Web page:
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Justice and the Supremacy of the Supreme Court

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In its supremacy, the supreme court of Nigeria rose to the occasion to allow justice and equity to reign by setting aside the verdict of the Appeal Court and upholding the election of Ikpeazu as Governor.

The world, in the absence of justice, would not be differentiated from the animal kingdom where bruteness and cruelty are the order of the day. In fact, the world would have been epitomised by the survival of the fittest syndrome had there been no justice. A civilized society is one in which people are guided by the rule of law. In such a society, citizens do not take laws into their hands as they repose confidence in the ability of the judiciary to address whatever wrong that they are confronted with. The ancient Greek Philosophers, Socrates, Plato and Aristotle, placed emphasis on the essentialism of justice in human society.

Abia state was created on August 27, 1991 from the Old Imo state by the military administration of President Ibrahim Badamasi Babangida. Before the creation of the state, the people of old Aba and old Bende Divisions had come together in agitation for the creation of the State. In their wisdom, they settled for the acronym ‘ABIA’ as an inclusive reflection of the component units of their proposed state; A for Aba, B for Bende, I for Isikwuato and A for Afikpo.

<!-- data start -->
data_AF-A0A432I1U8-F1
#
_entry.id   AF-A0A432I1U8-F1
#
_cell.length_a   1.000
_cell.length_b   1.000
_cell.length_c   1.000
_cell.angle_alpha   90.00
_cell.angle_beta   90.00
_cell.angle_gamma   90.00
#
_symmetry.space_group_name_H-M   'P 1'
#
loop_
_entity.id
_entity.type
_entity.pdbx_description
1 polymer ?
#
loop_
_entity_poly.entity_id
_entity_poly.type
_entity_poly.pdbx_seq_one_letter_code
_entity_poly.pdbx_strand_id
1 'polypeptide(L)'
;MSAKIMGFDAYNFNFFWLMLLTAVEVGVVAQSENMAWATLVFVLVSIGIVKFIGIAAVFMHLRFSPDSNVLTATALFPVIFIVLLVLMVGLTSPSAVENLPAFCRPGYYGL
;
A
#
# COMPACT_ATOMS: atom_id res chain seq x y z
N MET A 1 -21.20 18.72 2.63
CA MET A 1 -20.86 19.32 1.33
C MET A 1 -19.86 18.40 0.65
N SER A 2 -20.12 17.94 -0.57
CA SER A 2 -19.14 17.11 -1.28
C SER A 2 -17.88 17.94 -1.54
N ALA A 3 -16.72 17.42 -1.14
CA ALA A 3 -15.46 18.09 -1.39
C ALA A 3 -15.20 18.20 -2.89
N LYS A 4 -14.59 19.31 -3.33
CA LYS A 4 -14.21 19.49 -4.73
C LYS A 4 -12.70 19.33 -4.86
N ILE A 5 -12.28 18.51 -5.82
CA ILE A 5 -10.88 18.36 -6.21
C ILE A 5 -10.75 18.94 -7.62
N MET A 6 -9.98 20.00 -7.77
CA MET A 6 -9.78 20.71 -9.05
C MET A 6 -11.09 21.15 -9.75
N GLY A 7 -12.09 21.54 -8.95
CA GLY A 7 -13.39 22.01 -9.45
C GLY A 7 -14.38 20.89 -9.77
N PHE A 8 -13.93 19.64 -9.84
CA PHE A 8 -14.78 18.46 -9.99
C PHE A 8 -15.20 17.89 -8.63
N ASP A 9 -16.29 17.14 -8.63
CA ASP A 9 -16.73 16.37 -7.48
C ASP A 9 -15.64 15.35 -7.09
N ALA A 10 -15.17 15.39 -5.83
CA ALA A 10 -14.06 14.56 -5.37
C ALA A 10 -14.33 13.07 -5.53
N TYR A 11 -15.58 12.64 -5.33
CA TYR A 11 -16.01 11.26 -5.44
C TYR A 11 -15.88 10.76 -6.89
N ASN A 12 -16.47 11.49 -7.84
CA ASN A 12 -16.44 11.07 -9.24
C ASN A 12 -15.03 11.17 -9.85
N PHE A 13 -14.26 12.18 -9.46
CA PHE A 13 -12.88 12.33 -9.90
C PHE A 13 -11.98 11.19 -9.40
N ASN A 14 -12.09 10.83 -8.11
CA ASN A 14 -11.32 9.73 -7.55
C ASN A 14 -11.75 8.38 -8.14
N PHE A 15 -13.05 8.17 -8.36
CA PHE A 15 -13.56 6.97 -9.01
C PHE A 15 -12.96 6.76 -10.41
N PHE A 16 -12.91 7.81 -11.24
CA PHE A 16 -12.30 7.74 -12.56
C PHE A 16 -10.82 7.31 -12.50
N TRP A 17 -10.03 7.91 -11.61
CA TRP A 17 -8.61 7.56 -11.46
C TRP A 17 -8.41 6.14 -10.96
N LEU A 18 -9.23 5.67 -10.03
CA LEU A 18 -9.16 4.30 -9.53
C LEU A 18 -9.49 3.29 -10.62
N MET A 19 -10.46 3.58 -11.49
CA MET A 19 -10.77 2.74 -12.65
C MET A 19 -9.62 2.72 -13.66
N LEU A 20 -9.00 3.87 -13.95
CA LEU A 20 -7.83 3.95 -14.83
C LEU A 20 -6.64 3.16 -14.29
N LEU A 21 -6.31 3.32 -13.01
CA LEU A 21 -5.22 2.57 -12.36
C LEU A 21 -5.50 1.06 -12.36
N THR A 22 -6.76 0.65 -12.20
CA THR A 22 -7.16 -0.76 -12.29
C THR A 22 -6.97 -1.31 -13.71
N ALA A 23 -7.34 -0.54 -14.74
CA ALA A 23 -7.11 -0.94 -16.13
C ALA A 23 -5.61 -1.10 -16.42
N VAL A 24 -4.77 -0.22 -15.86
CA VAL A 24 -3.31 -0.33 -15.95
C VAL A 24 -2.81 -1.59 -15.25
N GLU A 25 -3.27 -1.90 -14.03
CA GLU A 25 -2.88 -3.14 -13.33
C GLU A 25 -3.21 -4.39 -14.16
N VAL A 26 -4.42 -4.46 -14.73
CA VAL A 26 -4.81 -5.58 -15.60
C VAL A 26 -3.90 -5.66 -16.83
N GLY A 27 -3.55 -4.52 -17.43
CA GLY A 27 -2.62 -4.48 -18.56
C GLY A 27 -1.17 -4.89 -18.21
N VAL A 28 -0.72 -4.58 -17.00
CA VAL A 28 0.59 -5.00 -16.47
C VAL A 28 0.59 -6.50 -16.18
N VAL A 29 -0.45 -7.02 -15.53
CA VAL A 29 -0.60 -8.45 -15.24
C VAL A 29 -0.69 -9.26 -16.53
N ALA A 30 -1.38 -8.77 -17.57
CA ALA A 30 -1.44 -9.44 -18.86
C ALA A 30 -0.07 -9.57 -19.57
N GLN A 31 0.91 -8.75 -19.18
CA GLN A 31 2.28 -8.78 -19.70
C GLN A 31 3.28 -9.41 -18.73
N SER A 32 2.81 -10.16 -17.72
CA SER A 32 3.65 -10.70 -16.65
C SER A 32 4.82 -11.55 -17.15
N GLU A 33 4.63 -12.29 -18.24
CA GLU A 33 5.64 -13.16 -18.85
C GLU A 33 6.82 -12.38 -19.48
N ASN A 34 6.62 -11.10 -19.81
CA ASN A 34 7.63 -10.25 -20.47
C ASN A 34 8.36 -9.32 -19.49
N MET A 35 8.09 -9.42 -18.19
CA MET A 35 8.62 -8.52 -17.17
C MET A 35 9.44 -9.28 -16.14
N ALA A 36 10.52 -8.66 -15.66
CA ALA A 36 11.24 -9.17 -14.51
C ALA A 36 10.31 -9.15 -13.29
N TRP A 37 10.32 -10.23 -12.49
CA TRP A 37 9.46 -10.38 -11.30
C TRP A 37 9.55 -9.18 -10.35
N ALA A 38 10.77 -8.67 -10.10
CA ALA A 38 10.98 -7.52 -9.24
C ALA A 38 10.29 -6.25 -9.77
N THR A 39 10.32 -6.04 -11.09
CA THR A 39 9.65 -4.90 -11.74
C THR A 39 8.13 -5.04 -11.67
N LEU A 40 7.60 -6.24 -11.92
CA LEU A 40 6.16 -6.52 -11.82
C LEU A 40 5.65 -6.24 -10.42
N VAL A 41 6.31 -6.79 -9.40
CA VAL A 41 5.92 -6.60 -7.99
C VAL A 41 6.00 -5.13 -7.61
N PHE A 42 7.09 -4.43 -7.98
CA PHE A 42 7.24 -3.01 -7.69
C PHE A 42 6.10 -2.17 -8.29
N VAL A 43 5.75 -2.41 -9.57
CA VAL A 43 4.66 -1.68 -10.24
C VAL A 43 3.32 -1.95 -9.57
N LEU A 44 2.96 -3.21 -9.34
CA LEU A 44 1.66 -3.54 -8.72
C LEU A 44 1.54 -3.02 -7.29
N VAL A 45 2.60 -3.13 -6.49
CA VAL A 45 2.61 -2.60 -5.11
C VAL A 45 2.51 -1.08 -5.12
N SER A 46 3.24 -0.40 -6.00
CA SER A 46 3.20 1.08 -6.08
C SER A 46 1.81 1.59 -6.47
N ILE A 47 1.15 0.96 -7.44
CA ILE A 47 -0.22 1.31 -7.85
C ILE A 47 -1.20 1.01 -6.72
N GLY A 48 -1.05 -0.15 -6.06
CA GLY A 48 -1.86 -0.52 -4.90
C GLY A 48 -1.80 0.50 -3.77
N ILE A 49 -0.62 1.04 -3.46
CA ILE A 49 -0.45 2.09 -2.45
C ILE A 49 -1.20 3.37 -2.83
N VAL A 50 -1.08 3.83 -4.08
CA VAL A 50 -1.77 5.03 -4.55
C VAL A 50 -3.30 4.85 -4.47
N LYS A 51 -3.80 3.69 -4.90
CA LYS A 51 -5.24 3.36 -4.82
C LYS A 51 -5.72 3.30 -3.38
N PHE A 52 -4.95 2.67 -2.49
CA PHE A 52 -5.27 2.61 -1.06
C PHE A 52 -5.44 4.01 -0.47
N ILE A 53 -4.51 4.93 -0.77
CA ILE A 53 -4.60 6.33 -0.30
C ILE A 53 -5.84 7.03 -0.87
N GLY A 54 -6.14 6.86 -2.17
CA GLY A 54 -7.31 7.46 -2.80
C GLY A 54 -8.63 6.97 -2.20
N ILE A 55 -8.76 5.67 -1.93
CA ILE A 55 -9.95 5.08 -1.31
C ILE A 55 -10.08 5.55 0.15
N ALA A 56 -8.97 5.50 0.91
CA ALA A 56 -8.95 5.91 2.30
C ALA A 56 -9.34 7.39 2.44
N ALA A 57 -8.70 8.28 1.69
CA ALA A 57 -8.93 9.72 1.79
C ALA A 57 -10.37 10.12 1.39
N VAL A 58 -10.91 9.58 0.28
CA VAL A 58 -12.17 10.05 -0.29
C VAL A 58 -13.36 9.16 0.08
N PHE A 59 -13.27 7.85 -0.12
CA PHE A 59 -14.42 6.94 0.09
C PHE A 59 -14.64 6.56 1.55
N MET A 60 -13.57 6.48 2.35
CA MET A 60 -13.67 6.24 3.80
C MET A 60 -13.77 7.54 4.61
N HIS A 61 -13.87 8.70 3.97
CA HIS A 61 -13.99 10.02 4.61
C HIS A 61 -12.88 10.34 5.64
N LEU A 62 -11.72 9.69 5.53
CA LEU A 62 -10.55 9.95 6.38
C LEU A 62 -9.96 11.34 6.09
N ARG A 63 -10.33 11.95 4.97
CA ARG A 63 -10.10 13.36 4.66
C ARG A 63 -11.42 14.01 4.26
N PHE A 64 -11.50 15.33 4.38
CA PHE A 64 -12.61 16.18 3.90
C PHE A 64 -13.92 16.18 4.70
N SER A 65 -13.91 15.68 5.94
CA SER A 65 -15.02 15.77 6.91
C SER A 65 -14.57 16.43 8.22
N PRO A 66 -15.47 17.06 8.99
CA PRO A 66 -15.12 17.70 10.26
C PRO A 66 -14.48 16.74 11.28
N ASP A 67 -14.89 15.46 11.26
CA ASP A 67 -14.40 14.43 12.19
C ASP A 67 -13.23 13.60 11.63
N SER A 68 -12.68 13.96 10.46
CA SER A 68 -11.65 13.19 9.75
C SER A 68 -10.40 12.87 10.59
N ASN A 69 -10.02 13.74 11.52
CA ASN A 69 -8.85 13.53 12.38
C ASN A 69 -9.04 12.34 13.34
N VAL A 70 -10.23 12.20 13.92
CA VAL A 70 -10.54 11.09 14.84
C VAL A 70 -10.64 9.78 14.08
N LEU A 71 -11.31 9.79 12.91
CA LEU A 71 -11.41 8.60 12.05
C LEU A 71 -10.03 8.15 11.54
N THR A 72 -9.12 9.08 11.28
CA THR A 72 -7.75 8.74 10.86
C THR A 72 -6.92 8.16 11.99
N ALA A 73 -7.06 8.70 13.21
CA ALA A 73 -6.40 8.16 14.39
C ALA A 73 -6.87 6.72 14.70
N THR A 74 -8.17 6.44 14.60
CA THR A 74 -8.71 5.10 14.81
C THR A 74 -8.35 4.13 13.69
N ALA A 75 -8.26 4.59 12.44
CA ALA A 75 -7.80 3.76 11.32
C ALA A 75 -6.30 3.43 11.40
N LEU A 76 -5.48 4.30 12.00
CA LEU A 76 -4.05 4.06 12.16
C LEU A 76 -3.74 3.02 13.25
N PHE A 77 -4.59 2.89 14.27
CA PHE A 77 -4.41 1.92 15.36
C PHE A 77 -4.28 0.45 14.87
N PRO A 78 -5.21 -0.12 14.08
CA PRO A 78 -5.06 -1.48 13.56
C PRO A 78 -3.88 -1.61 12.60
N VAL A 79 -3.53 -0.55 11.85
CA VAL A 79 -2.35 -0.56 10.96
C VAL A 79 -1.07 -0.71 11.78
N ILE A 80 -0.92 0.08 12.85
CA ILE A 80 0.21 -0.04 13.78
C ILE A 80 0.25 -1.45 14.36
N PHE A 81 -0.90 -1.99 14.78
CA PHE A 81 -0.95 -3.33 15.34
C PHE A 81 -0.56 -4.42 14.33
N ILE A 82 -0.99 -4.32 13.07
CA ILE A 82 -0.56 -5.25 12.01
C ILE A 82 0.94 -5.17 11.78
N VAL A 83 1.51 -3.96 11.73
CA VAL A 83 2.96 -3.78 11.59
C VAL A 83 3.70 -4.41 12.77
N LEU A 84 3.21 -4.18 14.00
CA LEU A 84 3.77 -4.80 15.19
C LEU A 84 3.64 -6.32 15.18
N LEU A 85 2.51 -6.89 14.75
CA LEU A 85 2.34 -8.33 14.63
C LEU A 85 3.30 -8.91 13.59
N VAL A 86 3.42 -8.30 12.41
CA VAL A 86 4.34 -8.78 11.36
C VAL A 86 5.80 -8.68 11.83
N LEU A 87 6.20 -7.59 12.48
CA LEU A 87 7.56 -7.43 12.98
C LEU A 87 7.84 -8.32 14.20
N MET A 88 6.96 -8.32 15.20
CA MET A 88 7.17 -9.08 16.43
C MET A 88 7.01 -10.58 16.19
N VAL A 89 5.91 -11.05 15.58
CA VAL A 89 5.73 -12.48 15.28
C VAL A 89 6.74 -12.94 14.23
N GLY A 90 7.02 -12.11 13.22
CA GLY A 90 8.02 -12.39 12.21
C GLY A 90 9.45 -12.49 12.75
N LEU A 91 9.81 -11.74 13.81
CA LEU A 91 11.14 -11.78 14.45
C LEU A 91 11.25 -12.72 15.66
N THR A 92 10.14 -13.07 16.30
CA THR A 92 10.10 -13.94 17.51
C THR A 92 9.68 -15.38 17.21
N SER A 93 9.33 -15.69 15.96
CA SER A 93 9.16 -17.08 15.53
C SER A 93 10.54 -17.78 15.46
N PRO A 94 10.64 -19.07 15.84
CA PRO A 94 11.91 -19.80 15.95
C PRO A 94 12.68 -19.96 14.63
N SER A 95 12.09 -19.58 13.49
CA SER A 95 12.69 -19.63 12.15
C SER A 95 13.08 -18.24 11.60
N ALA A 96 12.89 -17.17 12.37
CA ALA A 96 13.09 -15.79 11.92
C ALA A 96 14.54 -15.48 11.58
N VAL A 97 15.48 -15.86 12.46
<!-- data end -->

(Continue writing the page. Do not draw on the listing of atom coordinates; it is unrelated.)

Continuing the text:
From the conglomeration, it was evident that four different groups of people were coming together for the creation of Abia State. They were; (1) the people of old Aba Division, (2) the people of old Bende division, (3) the people of old Isikwuato District and the people of old Afikpo District. But broadly-speaking, the Abia agitators saw themselves mainly as old Aba Division, comprising the very largely populated and gregarious Ngwas and the constitutionally balkanized but highly nature-favoured Ukwas of Asa and Ndoki and the old Bende, which had supposedly subsumed the old Isikwuato and Afikpo districts.